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Counties First Larvicide Drop


Last updated 5/5/2016 at 7:13am

The County of San Diego plans to start its annual aerial drops of mosquito-fighting larvicide Wed. March 4, on local waterways.

The mosquito species that are native to San Diego County and can transmit West Nile virus don’t need a lot of water in which to lay eggs, and can breed in people’s backyards. But the call for public help has taken on added importance because of the appearance of two invasive Aedes mosquito species in the last two years.

A helicopter drops granular larvicide on 48 waterways around the county roughly once a month from May through October each year to combat West Nile virus by trying to keep mosquito populations down. The larvicide doesn’t hurt people or pets, but kills mosquito larvae before they can grow into adult mosquitoes that can transmit West Nile virus and other diseases.

The Aedes species are different from San Diego County’s native mosquitoes in appearance and behavior. They’re smaller in size, have distinctive black and white markings, are known as aggressive biters and — unlike our native mosquitoes that prefer to feed between dusk and dawn — like to bite and feed during daylight hours.

County officials urged the public to follow the County’s “Prevent, Protect, Report” guidelines:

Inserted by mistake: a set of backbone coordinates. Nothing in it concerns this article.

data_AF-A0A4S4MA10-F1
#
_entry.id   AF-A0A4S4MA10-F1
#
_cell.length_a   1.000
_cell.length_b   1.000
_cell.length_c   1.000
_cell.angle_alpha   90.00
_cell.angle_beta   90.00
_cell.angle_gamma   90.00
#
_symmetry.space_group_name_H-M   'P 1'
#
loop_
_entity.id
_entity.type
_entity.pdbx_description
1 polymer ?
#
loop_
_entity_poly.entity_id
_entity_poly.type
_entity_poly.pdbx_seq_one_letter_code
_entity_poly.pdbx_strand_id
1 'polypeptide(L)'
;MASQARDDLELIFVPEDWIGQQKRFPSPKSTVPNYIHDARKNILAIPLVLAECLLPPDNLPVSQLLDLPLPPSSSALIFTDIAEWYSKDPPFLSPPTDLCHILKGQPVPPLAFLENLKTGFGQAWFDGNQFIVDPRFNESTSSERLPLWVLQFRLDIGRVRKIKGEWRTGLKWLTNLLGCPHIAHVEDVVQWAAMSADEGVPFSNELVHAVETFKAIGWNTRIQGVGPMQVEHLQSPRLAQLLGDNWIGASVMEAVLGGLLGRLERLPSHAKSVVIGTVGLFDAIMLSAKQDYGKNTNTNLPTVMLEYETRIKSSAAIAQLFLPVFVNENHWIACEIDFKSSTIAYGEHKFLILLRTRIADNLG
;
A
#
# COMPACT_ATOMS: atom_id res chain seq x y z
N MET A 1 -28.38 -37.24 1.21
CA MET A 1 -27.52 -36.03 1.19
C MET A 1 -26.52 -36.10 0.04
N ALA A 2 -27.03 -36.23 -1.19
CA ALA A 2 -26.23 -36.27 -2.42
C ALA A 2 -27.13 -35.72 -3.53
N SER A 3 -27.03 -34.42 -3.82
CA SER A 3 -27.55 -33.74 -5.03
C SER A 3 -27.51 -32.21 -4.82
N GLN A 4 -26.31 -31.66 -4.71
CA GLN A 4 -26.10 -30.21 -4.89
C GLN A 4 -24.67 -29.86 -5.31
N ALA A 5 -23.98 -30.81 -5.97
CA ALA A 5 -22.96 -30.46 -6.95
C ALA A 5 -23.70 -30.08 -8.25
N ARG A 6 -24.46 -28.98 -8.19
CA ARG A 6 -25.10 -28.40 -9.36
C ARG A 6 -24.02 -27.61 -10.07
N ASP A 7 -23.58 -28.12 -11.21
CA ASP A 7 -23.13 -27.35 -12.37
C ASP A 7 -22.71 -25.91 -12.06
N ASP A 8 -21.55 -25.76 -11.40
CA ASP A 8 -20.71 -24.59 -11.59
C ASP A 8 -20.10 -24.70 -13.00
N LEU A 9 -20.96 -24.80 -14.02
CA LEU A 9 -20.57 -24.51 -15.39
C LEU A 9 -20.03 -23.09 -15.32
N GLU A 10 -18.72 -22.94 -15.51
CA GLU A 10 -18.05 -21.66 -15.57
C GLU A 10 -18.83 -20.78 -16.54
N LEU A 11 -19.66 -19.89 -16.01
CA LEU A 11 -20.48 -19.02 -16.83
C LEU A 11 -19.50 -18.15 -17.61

Prevent mosquito breeding sites. Every week, dump out and clean containers that hold water inside and outside homes, from equipment to toys, flower pots, old tires, anything that can collect water. Fill plant saucers with sand or fine gravel so water won’t form pools where mosquitoes can breed.

Protect yourself from mosquito bites. Wear long sleeves and pants when outdoors. Use insect repellent, preferably one containing DEET. Make sure the screens on your windows and doors are in good condition, do not have holes or tears, and are secured to keep insects out.

Report if you are being bitten by mosquitoes during daylight hours, or if you find mosquitoes that match the description of the yellow-fever mosquito or Asian tiger mosquito, by contacting the Vector Control Program at (858) 694-2888 or

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